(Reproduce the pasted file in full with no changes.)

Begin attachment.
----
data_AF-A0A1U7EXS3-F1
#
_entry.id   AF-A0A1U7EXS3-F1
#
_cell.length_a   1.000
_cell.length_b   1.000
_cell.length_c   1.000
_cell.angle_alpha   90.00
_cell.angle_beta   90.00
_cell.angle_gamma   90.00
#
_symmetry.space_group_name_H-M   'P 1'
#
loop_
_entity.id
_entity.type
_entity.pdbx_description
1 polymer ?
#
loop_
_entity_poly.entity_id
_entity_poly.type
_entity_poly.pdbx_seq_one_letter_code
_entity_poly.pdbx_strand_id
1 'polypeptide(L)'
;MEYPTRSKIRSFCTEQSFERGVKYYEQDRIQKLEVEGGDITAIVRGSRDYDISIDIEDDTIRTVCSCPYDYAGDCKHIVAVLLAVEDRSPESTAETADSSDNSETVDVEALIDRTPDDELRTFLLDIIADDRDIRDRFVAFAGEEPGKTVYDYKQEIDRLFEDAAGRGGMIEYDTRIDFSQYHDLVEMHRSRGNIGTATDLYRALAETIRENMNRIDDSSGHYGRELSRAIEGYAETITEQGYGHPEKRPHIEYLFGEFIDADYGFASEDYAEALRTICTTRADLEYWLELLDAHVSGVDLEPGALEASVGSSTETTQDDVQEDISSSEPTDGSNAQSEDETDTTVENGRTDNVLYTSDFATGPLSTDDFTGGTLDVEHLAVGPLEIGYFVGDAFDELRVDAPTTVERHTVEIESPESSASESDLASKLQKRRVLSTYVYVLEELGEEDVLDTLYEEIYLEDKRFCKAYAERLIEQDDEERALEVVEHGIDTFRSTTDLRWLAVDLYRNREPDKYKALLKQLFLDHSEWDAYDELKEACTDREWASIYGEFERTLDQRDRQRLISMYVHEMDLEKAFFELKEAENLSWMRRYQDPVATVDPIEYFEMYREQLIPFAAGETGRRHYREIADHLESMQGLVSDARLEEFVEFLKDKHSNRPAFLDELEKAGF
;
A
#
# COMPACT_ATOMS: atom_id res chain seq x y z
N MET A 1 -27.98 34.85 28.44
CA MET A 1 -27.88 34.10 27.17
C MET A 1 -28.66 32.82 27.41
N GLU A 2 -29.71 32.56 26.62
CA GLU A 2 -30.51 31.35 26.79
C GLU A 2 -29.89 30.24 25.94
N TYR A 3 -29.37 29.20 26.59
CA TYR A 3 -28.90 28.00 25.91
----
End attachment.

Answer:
data_AF-A0A1U7EXS3-F1
#
_entry.id   AF-A0A1U7EXS3-F1
#
_cell.length_a   1.000
_cell.length_b   1.000
_cell.length_c   1.000
_cell.angle_alpha   90.00
_cell.angle_beta   90.00
_cell.angle_gamma   90.00
#
_symmetry.space_group_name_H-M   'P 1'
#
loop_
_entity.id
_entity.type
_entity.pdbx_description
1 polymer ?
#
loop_
_entity_poly.entity_id
_entity_poly.type
_entity_poly.pdbx_seq_one_letter_code
_entity_poly.pdbx_strand_id
1 'polypeptide(L)'
;MEYPTRSKIRSFCTEQSFERGVKYYEQDRIQKLEVEGGDITAIVRGSRDYDISIDIEDDTIRTVCSCPYDYAGDCKHIVAVLLAVEDRSPESTAETADSSDNSETVDVEALIDRTPDDELRTFLLDIIADDRDIRDRFVAFAGEEPGKTVYDYKQEIDRLFEDAAGRGGMIEYDTRIDFSQYHDLVEMHRSRGNIGTATDLYRALAETIRENMNRIDDSSGHYGRELSRAIEGYAETITEQGYGHPEKRPHIEYLFGEFIDADYGFASEDYAEALRTICTTRADLEYWLELLDAHVSGVDLEPGALEASVGSSTETTQDDVQEDISSSEPTDGSNAQSEDETDTTVENGRTDNVLYTSDFATGPLSTDDFTGGTLDVEHLAVGPLEIGYFVGDAFDELRVDAPTTVERHTVEIESPESSASESDLASKLQKRRVLSTYVYVLEELGEEDVLDTLYEEIYLEDKRFCKAYAERLIEQDDEERALEVVEHGIDTFRSTTDLRWLAVDLYRNREPDKYKALLKQLFLDHSEWDAYDELKEACTDREWASIYGEFERTLDQRDRQRLISMYVHEMDLEKAFFELKEAENLSWMRRYQDPVATVDPIEYFEMYREQLIPFAAGETGRRHYREIADHLESMQGLVSDARLEEFVEFLKDKHSNRPAFLDELEKAGF
;
A
#
# COMPACT_ATOMS: atom_id res chain seq x y z
N MET A 1 -27.98 34.85 28.44
CA MET A 1 -27.88 34.10 27.17
C MET A 1 -28.66 32.82 27.41
N GLU A 2 -29.71 32.56 26.62
CA GLU A 2 -30.51 31.35 26.79
C GLU A 2 -29.89 30.24 25.94
N TYR A 3 -29.37 29.20 26.59
CA TYR A 3 -28.90 28.00 25.91